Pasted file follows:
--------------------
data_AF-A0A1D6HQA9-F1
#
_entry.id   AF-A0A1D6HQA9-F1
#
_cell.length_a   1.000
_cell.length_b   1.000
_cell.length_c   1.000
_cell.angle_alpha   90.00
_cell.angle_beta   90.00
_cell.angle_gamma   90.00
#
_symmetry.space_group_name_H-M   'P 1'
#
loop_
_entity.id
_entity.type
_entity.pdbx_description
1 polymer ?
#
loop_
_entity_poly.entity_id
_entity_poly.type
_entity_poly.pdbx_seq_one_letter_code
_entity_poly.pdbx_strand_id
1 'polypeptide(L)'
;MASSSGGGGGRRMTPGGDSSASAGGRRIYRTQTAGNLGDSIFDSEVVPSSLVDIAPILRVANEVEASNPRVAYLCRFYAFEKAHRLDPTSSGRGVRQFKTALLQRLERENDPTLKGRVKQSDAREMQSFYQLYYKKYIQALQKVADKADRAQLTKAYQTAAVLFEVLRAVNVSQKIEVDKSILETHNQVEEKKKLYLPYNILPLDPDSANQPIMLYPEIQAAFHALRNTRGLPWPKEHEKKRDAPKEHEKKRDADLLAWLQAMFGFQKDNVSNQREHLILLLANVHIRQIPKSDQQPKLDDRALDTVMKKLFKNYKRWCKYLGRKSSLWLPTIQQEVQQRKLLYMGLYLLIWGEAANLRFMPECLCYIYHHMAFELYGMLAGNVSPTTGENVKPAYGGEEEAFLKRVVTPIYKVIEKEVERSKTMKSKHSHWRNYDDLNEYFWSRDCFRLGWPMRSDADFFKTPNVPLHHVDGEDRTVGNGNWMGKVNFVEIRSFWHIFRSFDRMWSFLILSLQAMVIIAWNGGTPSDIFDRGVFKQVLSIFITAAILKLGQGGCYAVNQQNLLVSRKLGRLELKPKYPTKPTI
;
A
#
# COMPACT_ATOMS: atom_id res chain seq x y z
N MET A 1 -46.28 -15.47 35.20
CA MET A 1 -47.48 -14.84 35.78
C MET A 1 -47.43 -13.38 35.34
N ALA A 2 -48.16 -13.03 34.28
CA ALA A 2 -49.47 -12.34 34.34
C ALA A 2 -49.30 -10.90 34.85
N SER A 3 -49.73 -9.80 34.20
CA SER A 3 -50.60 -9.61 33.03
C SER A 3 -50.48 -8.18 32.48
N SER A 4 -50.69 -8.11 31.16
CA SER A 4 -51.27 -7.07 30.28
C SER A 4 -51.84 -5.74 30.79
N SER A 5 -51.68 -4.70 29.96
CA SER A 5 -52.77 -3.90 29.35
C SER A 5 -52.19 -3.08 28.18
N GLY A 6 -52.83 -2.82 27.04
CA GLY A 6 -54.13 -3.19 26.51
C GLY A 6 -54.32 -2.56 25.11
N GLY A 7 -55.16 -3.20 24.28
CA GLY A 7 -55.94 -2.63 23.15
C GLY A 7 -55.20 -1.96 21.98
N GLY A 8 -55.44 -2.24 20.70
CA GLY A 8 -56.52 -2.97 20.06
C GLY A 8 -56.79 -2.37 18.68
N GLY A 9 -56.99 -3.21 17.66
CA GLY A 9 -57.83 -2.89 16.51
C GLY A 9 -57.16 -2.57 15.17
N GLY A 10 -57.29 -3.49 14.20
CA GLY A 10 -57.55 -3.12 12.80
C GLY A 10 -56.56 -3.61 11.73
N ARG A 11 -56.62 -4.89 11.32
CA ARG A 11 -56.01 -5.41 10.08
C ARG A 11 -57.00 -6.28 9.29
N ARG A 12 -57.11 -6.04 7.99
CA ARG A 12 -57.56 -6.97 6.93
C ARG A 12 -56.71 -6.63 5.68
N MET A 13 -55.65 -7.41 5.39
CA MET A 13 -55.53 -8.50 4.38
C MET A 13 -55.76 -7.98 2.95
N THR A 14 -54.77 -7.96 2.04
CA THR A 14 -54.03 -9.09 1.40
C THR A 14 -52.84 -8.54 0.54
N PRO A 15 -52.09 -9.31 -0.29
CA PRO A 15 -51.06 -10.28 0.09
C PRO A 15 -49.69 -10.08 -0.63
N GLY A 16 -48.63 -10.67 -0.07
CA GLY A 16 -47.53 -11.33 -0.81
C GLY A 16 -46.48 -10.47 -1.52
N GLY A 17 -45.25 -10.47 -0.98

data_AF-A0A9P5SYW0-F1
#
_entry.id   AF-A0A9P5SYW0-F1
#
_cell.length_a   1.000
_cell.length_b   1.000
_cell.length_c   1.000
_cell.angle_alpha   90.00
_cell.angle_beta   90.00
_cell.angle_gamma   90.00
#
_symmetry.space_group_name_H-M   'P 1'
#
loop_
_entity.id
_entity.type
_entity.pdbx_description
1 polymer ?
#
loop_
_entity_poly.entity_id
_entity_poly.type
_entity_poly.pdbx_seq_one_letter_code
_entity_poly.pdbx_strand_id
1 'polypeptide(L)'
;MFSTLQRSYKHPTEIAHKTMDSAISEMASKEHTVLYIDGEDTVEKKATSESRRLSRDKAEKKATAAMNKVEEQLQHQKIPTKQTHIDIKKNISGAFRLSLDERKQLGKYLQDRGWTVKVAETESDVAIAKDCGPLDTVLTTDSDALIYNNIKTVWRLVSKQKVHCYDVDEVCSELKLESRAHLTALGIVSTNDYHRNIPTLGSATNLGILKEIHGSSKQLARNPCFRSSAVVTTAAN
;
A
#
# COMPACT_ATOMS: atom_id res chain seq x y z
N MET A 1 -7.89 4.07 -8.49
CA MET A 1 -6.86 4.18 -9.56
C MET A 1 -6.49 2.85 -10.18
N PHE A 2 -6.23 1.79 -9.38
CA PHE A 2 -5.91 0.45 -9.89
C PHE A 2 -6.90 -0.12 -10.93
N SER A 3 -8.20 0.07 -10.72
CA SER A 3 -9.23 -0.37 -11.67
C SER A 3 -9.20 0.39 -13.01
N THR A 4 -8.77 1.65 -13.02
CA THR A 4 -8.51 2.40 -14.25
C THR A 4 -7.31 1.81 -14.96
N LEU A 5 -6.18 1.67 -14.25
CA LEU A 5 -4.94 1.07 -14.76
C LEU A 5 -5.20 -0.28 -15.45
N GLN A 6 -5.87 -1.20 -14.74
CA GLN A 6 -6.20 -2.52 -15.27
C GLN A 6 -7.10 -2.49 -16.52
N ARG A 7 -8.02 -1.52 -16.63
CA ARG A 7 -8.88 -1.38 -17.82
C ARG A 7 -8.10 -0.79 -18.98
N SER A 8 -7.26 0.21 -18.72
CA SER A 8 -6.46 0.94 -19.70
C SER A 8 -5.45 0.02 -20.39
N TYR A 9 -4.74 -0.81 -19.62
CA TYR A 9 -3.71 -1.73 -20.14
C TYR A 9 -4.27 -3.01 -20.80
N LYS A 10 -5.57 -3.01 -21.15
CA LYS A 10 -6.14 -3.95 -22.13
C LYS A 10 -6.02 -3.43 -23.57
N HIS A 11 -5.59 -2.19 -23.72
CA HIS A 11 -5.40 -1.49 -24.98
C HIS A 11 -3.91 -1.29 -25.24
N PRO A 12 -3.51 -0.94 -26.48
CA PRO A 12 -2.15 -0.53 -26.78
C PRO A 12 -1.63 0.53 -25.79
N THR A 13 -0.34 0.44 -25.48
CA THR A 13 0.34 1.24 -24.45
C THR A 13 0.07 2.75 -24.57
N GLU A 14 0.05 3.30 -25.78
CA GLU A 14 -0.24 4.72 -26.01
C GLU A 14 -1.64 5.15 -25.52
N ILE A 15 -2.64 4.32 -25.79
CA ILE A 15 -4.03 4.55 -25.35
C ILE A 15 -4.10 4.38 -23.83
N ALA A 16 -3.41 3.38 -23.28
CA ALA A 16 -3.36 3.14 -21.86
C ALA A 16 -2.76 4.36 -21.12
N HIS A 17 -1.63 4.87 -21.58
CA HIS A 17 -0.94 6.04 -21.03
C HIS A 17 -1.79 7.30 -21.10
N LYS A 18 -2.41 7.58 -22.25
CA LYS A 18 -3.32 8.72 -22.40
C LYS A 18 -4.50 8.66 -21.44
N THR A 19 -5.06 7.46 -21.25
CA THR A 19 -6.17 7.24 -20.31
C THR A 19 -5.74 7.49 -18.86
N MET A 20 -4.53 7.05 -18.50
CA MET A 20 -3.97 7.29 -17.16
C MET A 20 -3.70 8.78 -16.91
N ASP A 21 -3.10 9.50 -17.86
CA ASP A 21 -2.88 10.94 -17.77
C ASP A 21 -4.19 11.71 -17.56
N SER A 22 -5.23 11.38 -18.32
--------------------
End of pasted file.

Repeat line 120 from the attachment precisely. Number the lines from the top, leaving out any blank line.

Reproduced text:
CA THR A 4 -8.51 2.40 -14.25